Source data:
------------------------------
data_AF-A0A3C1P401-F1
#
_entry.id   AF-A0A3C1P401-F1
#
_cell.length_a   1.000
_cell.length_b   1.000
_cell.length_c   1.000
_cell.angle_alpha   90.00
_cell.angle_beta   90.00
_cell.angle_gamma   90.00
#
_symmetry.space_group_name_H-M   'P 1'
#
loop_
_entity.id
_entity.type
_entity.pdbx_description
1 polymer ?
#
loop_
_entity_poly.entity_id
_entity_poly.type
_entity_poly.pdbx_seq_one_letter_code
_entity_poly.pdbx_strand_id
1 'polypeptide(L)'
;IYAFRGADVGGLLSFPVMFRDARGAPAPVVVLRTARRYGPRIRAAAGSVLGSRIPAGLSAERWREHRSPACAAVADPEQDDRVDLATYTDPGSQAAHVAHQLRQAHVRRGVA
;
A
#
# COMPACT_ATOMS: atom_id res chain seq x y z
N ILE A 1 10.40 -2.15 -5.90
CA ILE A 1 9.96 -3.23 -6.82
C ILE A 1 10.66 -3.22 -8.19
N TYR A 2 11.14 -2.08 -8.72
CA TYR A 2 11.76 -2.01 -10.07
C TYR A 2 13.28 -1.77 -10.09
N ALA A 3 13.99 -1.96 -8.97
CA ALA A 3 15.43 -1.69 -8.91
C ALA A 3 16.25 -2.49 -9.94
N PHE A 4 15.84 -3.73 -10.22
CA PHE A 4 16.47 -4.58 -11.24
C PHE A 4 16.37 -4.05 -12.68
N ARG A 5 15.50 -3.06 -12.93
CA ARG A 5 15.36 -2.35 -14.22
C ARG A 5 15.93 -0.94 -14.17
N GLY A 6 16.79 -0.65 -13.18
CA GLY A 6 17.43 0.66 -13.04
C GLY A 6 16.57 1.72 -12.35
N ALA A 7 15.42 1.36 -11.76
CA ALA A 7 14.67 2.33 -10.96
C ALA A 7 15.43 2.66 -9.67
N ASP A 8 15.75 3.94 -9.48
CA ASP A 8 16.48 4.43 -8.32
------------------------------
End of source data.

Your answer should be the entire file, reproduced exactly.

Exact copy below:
data_AF-A0A3C1P401-F1
#
_entry.id   AF-A0A3C1P401-F1
#
_cell.length_a   1.000
_cell.length_b   1.000
_cell.length_c   1.000
_cell.angle_alpha   90.00
_cell.angle_beta   90.00
_cell.angle_gamma   90.00
#
_symmetry.space_group_name_H-M   'P 1'
#
loop_
_entity.id
_entity.type
_entity.pdbx_description
1 polymer ?
#
loop_
_entity_poly.entity_id
_entity_poly.type
_entity_poly.pdbx_seq_one_letter_code
_entity_poly.pdbx_strand_id
1 'polypeptide(L)'
;IYAFRGADVGGLLSFPVMFRDARGAPAPVVVLRTARRYGPRIRAAAGSVLGSRIPAGLSAERWREHRSPACAAVADPEQDDRVDLATYTDPGSQAAHVAHQLRQAHVRRGVA
;
A
#
# COMPACT_ATOMS: atom_id res chain seq x y z
N ILE A 1 10.40 -2.15 -5.90
CA ILE A 1 9.96 -3.23 -6.82
C ILE A 1 10.66 -3.22 -8.19
N TYR A 2 11.14 -2.08 -8.72
CA TYR A 2 11.76 -2.01 -10.07
C TYR A 2 13.28 -1.77 -10.09
N ALA A 3 13.99 -1.96 -8.97
CA ALA A 3 15.43 -1.69 -8.91
C ALA A 3 16.25 -2.49 -9.94
N PHE A 4 15.84 -3.73 -10.22
CA PHE A 4 16.47 -4.58 -11.24
C PHE A 4 16.37 -4.05 -12.68
N ARG A 5 15.50 -3.06 -12.93
CA ARG A 5 15.36 -2.35 -14.22
C ARG A 5 15.93 -0.94 -14.17
N GLY A 6 16.79 -0.65 -13.18
CA GLY A 6 17.43 0.66 -13.04
C GLY A 6 16.57 1.72 -12.35
N ALA A 7 15.42 1.36 -11.76
CA ALA A 7 14.67 2.33 -10.96
C ALA A 7 15.43 2.66 -9.67
N ASP A 8 15.75 3.94 -9.48
CA ASP A 8 16.48 4.43 -8.32